Other stops might include a hike down the unfinished infiltration tunnels allegedly built by the North, the Nuri Peace Park, the barricaded Freedom Bridge where prisoner exchanges formally took place, and Mount Odu Observatory, where powerful binoculars provide 360-degree views across the peninsula.
How to get there
After the recent success of the HBO show “Chernobyl,” visits to the site of the 1986 nuclear explosion are way up. The tours take you through parts of the exclusion zone that were deemed safe enough to visit by 2011, but trip goers still need to go on guided tours along specific routes, follow rules like no sitting down, and get checked for radiation on the way out.
The visit takes you through the abandoned towns of Prypiat, Zalissya, and Leliv, as well as a drive by to see the still-operational power plant, although the reactor responsible for the explosion is completely encased. Check early for tickets from groups like Chernobyl Tour and CHERNOBYLwel.come, as they tend to sell out.
How to get there
Chernobyl sits two hours north of Kyiv, where most tours meet up. Boryspil International Airport, the bigger of the two airports in Ukraine’s capital (the other, Kyiv International Airport, is primarily for private business flights), has almost two dozen carriers to choose from, giving you your pick of carriers for getting there. Ukraine International Airlines is Ukraine’s flagship carrier, and although though it’s not in an alliance, it is partnered with Air France-KLM’s Flying Blue program, letting you earn and redeem Flying Blue miles.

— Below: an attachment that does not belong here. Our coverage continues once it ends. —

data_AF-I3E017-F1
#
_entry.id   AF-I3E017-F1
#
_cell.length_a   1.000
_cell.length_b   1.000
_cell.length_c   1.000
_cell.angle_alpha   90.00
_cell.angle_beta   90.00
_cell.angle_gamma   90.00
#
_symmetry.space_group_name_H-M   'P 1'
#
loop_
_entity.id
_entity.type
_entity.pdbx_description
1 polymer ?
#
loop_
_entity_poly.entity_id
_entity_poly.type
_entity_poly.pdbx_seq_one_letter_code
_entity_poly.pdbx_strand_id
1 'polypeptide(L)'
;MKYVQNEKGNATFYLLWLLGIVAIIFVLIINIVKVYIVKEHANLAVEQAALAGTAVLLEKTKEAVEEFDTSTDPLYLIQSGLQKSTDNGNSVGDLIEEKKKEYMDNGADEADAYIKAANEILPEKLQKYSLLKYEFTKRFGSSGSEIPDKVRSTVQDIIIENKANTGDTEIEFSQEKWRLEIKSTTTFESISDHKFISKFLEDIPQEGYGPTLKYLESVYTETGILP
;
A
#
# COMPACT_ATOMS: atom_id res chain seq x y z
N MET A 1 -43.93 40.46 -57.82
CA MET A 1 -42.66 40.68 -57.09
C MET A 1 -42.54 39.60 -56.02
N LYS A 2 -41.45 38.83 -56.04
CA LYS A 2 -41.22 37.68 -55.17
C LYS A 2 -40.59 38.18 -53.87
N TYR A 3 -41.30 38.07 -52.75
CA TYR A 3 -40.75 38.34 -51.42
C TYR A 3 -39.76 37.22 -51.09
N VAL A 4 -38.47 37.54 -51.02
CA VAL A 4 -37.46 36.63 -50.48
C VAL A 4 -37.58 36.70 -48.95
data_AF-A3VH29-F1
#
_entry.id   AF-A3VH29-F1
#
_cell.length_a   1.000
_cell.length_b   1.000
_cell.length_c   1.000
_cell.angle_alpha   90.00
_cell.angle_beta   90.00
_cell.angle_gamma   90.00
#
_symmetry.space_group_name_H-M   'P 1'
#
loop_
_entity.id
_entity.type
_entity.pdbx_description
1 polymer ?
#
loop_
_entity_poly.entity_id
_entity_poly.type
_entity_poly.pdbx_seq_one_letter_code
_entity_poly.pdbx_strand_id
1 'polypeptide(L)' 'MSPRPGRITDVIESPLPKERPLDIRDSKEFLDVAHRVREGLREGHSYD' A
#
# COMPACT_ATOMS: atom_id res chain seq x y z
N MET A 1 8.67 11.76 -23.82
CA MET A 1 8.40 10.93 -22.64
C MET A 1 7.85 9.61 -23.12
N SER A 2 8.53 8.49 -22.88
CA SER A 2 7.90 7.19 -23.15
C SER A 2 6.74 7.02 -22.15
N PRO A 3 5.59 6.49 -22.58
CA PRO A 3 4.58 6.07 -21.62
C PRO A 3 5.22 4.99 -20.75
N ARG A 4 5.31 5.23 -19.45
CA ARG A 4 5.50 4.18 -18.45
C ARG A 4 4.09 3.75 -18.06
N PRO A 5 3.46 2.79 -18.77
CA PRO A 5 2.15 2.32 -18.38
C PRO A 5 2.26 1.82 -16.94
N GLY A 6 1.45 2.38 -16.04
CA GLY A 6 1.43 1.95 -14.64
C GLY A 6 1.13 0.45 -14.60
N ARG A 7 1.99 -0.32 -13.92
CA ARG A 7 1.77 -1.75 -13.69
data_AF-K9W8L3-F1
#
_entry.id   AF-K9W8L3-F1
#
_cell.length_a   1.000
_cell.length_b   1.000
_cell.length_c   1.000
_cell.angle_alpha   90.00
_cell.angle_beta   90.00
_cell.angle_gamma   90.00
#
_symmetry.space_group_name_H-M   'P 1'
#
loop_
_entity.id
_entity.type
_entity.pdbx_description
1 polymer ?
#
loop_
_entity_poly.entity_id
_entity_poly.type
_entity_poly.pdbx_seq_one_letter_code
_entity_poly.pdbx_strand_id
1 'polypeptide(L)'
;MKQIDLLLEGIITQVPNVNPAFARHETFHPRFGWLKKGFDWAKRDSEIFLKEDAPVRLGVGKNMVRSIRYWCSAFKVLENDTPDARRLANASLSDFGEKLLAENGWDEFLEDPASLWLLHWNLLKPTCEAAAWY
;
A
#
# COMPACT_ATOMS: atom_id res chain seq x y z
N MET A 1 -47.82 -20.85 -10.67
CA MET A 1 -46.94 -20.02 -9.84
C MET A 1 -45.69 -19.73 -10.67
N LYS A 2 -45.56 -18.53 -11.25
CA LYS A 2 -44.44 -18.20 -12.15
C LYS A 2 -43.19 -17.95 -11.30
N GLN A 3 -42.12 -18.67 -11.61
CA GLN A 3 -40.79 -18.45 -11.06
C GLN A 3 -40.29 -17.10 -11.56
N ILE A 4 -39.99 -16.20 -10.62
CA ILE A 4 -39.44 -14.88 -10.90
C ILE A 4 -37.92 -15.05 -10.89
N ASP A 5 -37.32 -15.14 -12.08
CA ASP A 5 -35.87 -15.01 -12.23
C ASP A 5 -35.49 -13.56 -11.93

The Buddhist kingdom of Bhutan is famous for measuring the country’s Gross National Happiness (GNH), and the government uses this guiding principle to shape its strict tourism policies. All tourists (excluding Indian, Bangladeshi, and Maldivian passport holders) not only require a visa but must book their holiday through a tour operator with specific, and limited, offerings. The fees go up to $250 a day for up to three people but include the tour guide and driver, all meals, and sleeping accommodations in hotels with at least three stars (and you can pay extra for more luxurious digs).
Typical excursions include visits to the Tiger’s Nest, a cliffside temple complex and Bhutan’s most famous attraction, hikes, visiting a nunnery, archery practice at the Changlimithang Stadium, white water rafting, and a stop at a fertility temple covered in phallic symbols. Bhutan’s website has a list of licensed tour operators to choose from.
How to get there